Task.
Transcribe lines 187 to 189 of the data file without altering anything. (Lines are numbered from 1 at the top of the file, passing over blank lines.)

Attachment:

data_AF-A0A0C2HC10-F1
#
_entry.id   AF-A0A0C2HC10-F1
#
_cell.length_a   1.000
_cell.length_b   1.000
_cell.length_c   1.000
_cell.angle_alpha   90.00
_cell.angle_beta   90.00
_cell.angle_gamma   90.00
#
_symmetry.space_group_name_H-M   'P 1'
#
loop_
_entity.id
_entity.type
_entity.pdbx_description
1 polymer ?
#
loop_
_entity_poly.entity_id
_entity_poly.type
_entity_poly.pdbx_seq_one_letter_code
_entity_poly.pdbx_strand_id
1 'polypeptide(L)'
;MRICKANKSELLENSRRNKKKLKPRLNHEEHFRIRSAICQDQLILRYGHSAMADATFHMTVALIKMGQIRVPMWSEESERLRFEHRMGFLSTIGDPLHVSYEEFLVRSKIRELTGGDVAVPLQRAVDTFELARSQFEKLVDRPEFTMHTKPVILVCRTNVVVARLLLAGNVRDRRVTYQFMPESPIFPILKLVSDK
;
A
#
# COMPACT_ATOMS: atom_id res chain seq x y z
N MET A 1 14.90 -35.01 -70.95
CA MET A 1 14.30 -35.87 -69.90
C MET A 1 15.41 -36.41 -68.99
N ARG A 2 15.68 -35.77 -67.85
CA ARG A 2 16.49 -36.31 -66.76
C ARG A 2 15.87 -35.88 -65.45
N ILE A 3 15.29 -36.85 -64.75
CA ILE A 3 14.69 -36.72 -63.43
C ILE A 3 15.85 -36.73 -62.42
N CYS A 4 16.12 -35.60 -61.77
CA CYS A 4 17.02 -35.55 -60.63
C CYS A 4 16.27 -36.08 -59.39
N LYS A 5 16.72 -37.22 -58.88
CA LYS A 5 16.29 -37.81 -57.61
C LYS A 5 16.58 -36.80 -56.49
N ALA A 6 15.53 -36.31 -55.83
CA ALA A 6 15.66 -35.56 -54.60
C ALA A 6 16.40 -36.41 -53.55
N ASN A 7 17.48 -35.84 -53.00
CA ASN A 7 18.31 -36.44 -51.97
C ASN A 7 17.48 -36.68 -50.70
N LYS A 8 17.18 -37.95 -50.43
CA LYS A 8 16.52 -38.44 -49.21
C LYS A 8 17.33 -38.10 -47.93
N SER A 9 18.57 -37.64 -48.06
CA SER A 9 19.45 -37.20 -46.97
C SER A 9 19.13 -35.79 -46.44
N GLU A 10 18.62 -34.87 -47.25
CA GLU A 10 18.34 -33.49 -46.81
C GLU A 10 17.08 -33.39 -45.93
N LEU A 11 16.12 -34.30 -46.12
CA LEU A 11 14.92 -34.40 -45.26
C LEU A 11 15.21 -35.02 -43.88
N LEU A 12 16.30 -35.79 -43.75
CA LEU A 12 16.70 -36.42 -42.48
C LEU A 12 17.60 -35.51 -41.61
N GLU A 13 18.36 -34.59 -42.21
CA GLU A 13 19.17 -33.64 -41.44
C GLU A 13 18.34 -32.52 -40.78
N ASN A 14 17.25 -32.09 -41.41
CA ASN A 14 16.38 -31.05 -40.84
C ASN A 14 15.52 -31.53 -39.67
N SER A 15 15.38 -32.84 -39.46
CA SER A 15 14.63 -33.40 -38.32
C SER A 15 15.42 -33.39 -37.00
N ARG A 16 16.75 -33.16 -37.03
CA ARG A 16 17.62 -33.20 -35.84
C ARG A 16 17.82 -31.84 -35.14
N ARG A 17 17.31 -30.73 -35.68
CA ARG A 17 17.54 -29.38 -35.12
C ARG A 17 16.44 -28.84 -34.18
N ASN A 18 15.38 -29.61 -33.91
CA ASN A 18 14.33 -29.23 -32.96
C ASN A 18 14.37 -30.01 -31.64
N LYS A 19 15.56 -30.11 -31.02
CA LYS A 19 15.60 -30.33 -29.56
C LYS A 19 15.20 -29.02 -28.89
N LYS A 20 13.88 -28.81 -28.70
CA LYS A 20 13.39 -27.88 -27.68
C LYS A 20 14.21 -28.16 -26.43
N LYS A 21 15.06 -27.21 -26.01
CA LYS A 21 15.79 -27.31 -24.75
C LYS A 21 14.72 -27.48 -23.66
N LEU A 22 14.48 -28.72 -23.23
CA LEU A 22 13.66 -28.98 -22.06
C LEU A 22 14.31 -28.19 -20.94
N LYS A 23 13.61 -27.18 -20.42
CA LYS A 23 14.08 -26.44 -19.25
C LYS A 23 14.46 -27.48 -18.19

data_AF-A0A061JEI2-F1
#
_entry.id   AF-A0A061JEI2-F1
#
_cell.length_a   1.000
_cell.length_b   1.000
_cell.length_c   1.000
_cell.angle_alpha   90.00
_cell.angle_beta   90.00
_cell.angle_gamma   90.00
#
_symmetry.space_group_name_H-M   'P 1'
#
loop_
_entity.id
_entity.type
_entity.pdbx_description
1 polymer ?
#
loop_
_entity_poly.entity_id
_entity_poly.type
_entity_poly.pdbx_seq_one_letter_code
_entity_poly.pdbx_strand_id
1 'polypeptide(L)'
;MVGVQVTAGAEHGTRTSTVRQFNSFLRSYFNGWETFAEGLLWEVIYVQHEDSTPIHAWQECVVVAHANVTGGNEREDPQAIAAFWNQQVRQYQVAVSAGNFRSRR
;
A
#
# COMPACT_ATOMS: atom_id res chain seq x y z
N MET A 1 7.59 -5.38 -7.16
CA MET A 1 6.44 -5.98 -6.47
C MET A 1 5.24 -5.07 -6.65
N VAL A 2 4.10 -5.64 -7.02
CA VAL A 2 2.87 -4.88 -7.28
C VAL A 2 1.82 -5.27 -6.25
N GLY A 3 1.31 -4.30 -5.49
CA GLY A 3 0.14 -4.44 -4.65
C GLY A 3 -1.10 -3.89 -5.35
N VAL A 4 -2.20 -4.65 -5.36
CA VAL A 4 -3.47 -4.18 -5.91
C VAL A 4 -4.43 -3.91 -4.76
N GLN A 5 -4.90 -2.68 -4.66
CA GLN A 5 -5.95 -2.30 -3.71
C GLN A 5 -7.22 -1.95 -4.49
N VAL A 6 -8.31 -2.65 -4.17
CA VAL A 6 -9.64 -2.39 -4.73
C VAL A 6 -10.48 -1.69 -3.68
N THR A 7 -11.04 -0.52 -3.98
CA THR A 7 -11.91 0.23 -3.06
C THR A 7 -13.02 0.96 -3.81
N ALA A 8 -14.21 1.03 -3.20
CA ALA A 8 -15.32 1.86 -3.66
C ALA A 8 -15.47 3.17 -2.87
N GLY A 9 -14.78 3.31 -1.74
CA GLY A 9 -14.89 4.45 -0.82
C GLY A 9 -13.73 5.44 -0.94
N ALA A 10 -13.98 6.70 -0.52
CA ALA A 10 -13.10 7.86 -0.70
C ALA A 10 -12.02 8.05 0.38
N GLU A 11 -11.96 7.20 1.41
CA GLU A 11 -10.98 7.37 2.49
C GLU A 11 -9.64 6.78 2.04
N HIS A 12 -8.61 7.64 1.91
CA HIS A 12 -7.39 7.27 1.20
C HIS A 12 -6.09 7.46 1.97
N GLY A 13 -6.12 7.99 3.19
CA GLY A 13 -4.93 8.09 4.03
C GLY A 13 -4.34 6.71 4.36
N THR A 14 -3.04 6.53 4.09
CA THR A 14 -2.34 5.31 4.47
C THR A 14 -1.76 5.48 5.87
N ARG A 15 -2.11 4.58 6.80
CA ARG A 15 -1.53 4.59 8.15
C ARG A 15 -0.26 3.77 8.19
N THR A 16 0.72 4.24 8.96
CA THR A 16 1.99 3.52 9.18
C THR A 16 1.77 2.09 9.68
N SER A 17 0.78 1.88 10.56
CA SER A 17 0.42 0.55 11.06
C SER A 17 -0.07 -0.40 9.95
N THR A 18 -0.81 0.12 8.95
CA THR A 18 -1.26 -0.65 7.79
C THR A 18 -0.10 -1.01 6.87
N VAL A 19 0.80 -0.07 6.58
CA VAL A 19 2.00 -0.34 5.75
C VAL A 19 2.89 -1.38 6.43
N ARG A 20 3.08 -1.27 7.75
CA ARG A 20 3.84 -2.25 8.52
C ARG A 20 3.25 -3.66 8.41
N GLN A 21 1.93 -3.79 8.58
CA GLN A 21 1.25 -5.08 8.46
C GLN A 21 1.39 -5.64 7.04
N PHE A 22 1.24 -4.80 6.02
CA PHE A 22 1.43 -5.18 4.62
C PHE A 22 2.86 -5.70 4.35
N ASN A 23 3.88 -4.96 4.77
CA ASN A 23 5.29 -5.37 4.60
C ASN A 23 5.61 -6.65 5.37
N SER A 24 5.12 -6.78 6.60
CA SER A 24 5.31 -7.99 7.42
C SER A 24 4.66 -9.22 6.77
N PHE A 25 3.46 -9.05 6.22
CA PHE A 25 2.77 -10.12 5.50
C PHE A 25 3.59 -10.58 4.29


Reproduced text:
N ARG A 20 3.08 -1.27 7.75
CA ARG A 20 3.84 -2.25 8.52
C ARG A 20 3.25 -3.66 8.41